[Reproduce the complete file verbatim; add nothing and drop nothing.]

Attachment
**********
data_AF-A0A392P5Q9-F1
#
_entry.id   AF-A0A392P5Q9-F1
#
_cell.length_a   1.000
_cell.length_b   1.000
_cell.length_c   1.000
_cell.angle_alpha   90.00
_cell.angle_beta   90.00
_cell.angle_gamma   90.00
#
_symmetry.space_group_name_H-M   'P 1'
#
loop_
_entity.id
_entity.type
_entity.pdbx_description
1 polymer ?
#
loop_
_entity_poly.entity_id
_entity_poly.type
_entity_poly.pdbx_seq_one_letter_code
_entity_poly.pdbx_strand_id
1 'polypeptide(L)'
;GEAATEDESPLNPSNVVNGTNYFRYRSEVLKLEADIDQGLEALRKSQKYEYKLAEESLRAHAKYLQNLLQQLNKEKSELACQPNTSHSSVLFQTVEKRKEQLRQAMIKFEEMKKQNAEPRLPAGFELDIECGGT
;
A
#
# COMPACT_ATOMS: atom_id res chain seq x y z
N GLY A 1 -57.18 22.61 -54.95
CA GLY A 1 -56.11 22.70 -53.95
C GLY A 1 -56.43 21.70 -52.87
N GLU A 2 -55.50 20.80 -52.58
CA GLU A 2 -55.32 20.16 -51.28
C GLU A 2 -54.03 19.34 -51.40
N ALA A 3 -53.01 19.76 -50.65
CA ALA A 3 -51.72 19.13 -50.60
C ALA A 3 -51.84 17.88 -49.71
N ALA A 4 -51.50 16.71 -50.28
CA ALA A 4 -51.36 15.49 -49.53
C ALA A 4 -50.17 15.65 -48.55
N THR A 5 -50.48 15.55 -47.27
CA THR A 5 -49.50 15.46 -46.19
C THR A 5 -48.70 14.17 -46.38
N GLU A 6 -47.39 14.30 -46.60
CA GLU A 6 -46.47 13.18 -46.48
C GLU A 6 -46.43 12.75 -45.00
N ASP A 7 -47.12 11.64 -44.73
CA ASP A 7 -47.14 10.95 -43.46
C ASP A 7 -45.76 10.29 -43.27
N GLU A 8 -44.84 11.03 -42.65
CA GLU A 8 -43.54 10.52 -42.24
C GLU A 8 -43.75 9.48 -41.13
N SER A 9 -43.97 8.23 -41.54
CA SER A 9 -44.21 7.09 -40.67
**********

data_AF-A0A392P5Q9-F1
#
_entry.id   AF-A0A392P5Q9-F1
#
_cell.length_a   1.000
_cell.length_b   1.000
_cell.length_c   1.000
_cell.angle_alpha   90.00
_cell.angle_beta   90.00
_cell.angle_gamma   90.00
#
_symmetry.space_group_name_H-M   'P 1'
#
loop_
_entity.id
_entity.type
_entity.pdbx_description
1 polymer ?
#
loop_
_entity_poly.entity_id
_entity_poly.type
_entity_poly.pdbx_seq_one_letter_code
_entity_poly.pdbx_strand_id
1 'polypeptide(L)'
;GEAATEDESPLNPSNVVNGTNYFRYRSEVLKLEADIDQGLEALRKSQKYEYKLAEESLRAHAKYLQNLLQQLNKEKSELACQPNTSHSSVLFQTVEKRKEQLRQAMIKFEEMKKQNAEPRLPAGFELDIECGGT
;
A
#
# COMPACT_ATOMS: atom_id res chain seq x y z
N GLY A 1 -57.18 22.61 -54.95
CA GLY A 1 -56.11 22.70 -53.95
C GLY A 1 -56.43 21.70 -52.87
N GLU A 2 -55.50 20.80 -52.58
CA GLU A 2 -55.32 20.16 -51.28
C GLU A 2 -54.03 19.34 -51.40
N ALA A 3 -53.01 19.76 -50.65
CA ALA A 3 -51.72 19.13 -50.60
C ALA A 3 -51.84 17.88 -49.71
N ALA A 4 -51.50 16.71 -50.28
CA ALA A 4 -51.36 15.49 -49.53
C ALA A 4 -50.17 15.65 -48.55
N THR A 5 -50.48 15.55 -47.27
CA THR A 5 -49.50 15.46 -46.19
C THR A 5 -48.70 14.17 -46.38
N GLU A 6 -47.39 14.30 -46.60
CA GLU A 6 -46.47 13.18 -46.48
C GLU A 6 -46.43 12.75 -45.00
N ASP A 7 -47.12 11.64 -44.73
CA ASP A 7 -47.14 10.95 -43.46
C ASP A 7 -45.76 10.29 -43.27
N GLU A 8 -44.84 11.03 -42.65
CA GLU A 8 -43.54 10.52 -42.24
C GLU A 8 -43.75 9.48 -41.13
N SER A 9 -43.97 8.23 -41.54
CA SER A 9 -44.21 7.09 -40.67